Category Archives: science

"Science is dangerous…"

“Besides, we have our stability to think of. We don’t want to change. Every change is a menace to stability. That’s another reason why we’re so chary of applying new inventions. Every discovery in pure science is potentially subversive; even must sometimes be treated as a possible enemy. Yes, even science… Science is dangerous; we have to keep it most carefully chained and muzzled…


I was a pretty good physicist in my time. Too good–good enough to realize that all our science is just a cookery book, with an orthodox theory of cooking that nobody’s allowed to question, and a list of recipes that mustn’t be added to except by special permission from the head cook…I started doing a bit of cooking on my own. Unorthodox cooking, illicit cooking. A bit of real science, in fact. …


‘What happened?’ asked Helmholtz Watson.


‘I was on the point of being sent to an island.’ Mustapha Mond”

 p. 225-226 Brave New World by Aldous Huxley.


Old quote (1932) but pretty telling of the state of not only science, but all learning in most schools today.

"Making Waves" Videos

This is a follow up post to my 7th grade Wave Video project. I want to put down my final thoughts evaluating it and how I can improve on it next time.

First of all it took much longer than I expected. We spent about three weeks on the project when I thought it would only take two. It also lacked a bit of focus in the beginning. I did not have any specific examples to show them and it was hard for them to visualize what they were supposed to do. I told them to think about a Bill Nye video how he jumps from talking to video back and forth to make it interesting. I also introduced too many new tools and options to them at once. I think they were overwhelmed by the openness of the project and needed less choices and more structure. That part is really hard for me because I want to challenge them to be as creative and give them as much choice as possible.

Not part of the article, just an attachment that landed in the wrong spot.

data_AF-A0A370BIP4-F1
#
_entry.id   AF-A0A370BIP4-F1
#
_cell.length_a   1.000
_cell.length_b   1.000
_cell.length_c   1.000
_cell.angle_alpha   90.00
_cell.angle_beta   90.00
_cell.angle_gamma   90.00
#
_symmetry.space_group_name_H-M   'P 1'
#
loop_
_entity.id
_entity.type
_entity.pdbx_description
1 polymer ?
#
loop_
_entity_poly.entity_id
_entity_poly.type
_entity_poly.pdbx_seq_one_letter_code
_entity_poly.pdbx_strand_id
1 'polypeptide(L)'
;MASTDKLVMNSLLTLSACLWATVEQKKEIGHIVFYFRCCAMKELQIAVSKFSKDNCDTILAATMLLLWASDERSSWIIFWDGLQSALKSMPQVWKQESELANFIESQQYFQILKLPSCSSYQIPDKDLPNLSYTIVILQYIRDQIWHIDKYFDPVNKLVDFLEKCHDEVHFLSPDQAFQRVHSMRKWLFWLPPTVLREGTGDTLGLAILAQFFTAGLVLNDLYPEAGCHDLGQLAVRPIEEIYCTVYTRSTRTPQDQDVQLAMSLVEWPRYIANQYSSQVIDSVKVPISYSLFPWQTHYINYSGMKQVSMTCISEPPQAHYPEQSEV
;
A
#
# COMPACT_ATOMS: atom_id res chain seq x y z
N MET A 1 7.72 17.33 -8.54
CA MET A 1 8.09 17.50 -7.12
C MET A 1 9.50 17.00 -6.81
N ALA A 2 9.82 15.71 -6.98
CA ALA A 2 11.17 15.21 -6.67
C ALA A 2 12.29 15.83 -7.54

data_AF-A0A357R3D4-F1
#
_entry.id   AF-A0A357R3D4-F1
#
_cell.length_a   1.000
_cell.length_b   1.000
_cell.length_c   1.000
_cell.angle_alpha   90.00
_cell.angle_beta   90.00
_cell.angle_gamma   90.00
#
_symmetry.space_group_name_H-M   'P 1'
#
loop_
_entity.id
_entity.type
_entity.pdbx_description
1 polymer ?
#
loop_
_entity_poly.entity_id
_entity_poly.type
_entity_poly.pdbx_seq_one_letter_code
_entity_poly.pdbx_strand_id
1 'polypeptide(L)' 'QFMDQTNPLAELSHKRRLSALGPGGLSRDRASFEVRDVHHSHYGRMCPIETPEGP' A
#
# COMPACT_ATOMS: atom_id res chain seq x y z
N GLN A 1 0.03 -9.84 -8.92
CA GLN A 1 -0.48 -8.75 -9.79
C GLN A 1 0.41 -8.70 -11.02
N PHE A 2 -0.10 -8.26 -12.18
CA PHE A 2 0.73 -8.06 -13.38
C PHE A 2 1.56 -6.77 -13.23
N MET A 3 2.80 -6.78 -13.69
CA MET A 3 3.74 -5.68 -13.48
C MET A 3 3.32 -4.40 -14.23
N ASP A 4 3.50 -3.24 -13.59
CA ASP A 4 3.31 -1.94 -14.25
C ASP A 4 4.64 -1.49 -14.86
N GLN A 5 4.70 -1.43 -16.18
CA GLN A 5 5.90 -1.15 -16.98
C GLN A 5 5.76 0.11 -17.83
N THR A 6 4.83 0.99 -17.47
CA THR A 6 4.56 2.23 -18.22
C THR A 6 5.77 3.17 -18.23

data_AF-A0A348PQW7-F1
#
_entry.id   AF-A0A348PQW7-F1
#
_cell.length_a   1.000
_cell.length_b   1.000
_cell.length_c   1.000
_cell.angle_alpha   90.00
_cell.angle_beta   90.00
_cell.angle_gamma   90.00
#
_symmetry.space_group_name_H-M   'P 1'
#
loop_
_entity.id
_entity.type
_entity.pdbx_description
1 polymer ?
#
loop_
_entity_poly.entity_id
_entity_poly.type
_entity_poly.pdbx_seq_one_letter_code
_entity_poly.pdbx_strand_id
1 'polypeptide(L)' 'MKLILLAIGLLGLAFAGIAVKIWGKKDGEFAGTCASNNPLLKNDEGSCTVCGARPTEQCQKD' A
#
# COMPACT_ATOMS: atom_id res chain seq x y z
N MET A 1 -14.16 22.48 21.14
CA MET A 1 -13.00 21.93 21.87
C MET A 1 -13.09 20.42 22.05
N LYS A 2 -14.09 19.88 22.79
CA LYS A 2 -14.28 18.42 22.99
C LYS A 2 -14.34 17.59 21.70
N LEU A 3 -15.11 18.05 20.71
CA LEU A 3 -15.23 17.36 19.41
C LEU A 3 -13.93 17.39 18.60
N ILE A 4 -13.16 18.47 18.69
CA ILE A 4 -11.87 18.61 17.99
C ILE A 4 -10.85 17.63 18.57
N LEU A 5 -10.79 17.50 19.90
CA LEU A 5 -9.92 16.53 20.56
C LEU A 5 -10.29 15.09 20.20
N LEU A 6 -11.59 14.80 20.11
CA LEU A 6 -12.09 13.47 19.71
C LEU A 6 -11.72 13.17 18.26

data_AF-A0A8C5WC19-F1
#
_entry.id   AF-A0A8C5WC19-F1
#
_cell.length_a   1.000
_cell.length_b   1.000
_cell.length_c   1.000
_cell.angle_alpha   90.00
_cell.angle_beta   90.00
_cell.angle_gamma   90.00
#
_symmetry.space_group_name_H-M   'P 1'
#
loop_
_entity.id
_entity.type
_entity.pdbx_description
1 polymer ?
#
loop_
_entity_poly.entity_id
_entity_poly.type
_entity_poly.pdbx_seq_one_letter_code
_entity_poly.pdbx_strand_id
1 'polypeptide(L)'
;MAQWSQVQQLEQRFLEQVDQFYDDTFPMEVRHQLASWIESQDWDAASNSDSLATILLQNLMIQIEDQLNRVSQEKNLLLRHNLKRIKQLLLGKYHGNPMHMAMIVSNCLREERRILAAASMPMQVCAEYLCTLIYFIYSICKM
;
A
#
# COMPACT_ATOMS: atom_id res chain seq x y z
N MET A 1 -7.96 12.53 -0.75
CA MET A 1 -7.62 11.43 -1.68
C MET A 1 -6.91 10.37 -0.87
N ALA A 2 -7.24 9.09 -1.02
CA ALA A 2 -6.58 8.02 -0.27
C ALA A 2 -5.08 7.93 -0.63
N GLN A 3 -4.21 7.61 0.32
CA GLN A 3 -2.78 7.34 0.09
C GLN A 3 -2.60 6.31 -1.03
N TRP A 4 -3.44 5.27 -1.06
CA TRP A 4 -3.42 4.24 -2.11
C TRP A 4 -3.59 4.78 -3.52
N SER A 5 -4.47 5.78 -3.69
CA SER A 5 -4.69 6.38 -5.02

The original plan was for them to make a storyboard in PowerPoint as an outline of their presentation. This was not supposed to be their actual presentation. They had a hard time understanding this and did not want to make a second one. The science topic, waves, was also not a particular easy one for them and some of them picked sub-topics that were not really under the main topic such as microwaves and heat waves.

We also had multiple technological problems getting everything to work. I spent so much time on trouble-shooting software that I could not give enough feedback about their ideas and process as we went along.  Unfortunately many of them turned out as screencast slideshows of power point while they read facts from wikipedia that they did not even understand.

I will share two of the best ones, what I like about them, and how I will improve this project next time.

This group got the main purpose of using multiple tools to present the information in multiple ways to make it interesting. They used Powerpoint, Pivot, and a collaborative online whiteboard. They put everything into Camstasia Studio and edited it together in a smooth manner. I wished they would have recorded their narration in my closet so they did not have the back ground noise, but overall it is quality content and work.

Jeremy
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This group used my Pulse smartpen to create a video modeled after the work of RSA Animate such as seen here with Sir Ken Robinson. They wrote out their script and practiced the drawing ahead of time. Then they did it “live” in the hallway and recorded as they drew. On top of the presentation method they explained the topic well and used creative examples. They edited out mistakes in Camtasia for their final product.

One thing that stands out about both of these examples is the creativity of the presentations and using their own words. I plan to show these as examples the next time we do this project. I also am going to make my own storyboard for the first video in PowerPoint to show the students the difference between a storyboard and a finished product. A further thing that will save the students and myself alot of grief is that we will have google accounts and use Documents and Presentations to share work instead of email. Enough of the students did not have email accounts to make this a major pain.